Sprint hasn’t given a hard date for its 5G launch in New York, but it’s already starting to turn on its 5G towers in Brooklyn. I got a few tips as to where they might be, so I decided to hunt them down.
Sprint launched its mid-band 5G network in Atlanta, Dallas, Houston, and Kansas City a few weeks ago, and we went to Dallas to test it out with the LG V50 phone. We saw about a 0.6-mile range from cell sites, but we couldn’t properly measure speeds because of a network configuration bug affecting speed test software.
New York, LA, Chicago, Phoenix, and Washington D.C. are next up, and the one thing I can confirm is that Sprint is indeed working on it. My various tips had me bouncing around Brooklyn and Queens all afternoon. I didn’t find Sprint 5G in any of the more central, gentrified areas, but I finally tracked it down in a distant residential neighborhood called Flatlands.
As I wandered around running tests, I realized the difference between the “5G” logo on the screen and the glowing “5G” light on the back of the LG V50 phone. The logo shows when you have 5G. The light just glows whenever you’re transferring data, 4G, or 5G (and you can turn the light off if that’s too silly.)
On the extremely pre-launch network I wasn’t supposed to be using, I got about a quarter-mile from each cell site before the 5G gave out. I had strong 4G signal even beyond the edge of the 5G radius. Sprint is obviously going to improve that performance.
But the real lesson, to me, was how dense Sprint’s network already is. Look how close those cell sites are, even deep in Brooklyn! They’re every few blocks. (On the map, the yellow buildings are cell site locations from CellMapper.net; the blue phone icons are spots where my phone registered 5G.)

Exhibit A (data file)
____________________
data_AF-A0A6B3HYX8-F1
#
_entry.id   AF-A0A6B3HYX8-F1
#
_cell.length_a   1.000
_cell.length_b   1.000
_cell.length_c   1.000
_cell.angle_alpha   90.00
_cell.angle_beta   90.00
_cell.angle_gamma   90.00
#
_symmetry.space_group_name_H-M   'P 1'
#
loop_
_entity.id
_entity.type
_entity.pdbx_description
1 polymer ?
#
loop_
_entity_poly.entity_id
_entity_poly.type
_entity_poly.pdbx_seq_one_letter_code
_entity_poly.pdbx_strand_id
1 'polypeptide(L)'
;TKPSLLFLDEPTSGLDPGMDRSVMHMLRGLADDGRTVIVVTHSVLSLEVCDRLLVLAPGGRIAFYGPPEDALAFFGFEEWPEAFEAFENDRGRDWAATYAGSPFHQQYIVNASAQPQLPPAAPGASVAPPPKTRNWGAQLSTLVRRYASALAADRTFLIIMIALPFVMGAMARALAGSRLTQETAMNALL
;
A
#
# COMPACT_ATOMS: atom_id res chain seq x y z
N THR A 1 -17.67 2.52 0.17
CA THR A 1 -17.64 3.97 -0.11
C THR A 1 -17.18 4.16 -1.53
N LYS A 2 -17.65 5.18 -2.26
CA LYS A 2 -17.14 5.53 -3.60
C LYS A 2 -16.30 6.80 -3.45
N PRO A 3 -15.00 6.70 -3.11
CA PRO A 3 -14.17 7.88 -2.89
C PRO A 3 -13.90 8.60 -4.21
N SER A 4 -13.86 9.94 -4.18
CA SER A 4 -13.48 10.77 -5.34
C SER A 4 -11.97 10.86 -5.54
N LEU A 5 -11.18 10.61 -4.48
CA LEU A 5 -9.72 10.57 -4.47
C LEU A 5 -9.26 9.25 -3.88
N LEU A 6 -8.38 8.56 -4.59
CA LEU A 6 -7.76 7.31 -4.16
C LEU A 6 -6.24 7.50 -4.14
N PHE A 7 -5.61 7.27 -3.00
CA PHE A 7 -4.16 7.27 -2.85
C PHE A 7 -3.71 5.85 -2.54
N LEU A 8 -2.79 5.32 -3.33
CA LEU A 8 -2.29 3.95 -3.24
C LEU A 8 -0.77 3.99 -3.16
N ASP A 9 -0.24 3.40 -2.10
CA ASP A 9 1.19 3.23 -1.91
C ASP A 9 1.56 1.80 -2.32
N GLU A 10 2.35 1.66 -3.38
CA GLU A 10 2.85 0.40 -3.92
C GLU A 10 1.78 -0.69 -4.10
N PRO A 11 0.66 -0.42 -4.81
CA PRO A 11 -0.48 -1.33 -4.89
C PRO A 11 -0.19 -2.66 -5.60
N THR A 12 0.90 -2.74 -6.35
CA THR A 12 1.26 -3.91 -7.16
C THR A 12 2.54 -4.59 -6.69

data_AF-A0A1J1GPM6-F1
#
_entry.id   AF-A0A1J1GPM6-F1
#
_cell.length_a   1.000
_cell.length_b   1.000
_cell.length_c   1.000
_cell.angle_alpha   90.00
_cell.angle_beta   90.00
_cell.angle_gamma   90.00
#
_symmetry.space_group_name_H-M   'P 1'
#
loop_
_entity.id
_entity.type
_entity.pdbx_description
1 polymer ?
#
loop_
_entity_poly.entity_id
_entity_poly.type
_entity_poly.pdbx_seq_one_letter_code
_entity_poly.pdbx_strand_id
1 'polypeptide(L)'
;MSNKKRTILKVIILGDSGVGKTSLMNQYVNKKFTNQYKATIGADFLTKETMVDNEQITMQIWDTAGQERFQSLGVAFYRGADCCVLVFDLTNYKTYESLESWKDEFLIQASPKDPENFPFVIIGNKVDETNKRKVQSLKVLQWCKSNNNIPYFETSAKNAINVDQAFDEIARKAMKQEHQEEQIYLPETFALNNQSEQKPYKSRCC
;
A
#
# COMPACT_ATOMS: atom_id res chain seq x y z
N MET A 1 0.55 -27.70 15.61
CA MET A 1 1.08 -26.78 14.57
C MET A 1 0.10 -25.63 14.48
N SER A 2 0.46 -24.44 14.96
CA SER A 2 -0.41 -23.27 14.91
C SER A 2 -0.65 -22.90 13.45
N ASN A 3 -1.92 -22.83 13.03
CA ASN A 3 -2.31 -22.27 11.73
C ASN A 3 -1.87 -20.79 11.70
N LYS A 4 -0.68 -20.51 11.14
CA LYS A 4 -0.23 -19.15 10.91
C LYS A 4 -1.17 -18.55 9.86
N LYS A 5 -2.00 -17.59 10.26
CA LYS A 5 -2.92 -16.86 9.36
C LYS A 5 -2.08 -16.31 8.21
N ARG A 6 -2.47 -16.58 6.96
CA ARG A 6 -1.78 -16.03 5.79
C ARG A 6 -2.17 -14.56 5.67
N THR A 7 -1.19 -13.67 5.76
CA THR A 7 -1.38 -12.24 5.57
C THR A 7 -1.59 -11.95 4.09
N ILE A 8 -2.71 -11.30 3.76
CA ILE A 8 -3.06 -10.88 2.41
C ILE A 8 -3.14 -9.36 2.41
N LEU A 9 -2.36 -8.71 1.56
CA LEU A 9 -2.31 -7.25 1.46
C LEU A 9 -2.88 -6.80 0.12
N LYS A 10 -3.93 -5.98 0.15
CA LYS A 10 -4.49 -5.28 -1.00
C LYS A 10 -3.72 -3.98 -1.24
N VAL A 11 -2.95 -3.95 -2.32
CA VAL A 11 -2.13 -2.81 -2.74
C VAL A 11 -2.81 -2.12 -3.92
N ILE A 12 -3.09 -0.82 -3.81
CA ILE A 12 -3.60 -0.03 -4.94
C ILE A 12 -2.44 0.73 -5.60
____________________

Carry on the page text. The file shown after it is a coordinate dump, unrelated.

Fascinatingly, Flatlands is totally not on the coverage map that Sprint has been showing for its first-round NYC coverage. That’s focused on Manhattan, and the areas near the two airports. (My other tips weren’t about areas on the official map, either.) That makes me think Sprint is just using outlying areas to get things right without being scrutinized by, well, people like me.
Unlike T-Mobile’s speedy millimeter-wave 5G in Manhattan, Sprint’s 2.5GHz network in Brooklyn isn’t properly configured yet, and there’s a known bug in its network that messes with HTTP speed test results. Ergo, no good speed tests.
On the other hand, I could confirm that Sprint’s 5G indicator is a lot more stable and consistent than the flickery indicator you see on millimeter-wave phones. That’s because Sprint is getting its indicator from the tower over the control channel, but millimeter-wave systems only turn it on when sending and receiving data.
And I was happy to see that I couldn’t see the cell sites. Often, they were on the other side of or around buildings. With the millimeter-wave 5G that AT&T, T-Mobile, and Verizon are using, right now you basically have to be able to see the cell site to be able to use it.
Sprint is juggling three infrastructure providers: Ericsson, Samsung, and Nokia. Right now, Ericsson and Samsung are known to be ahead of Nokia on delivering stable 5G base station software. New York is a Nokia market, so detecting 5G in Brooklyn reassures me that all of Sprint’s infrastructure providers are on board.
Honestly, this all isn’t much to gain from an afternoon riding on buses around Brooklyn. I was really heading out to see if the HTC 5G Hub and the LG V50 got different levels of 5G signa. To make a long story short, the network was too far pre-launch to figure that out reliably. I’m hoping to hear more about Sprint’s New York 5G launch toward the end of this month.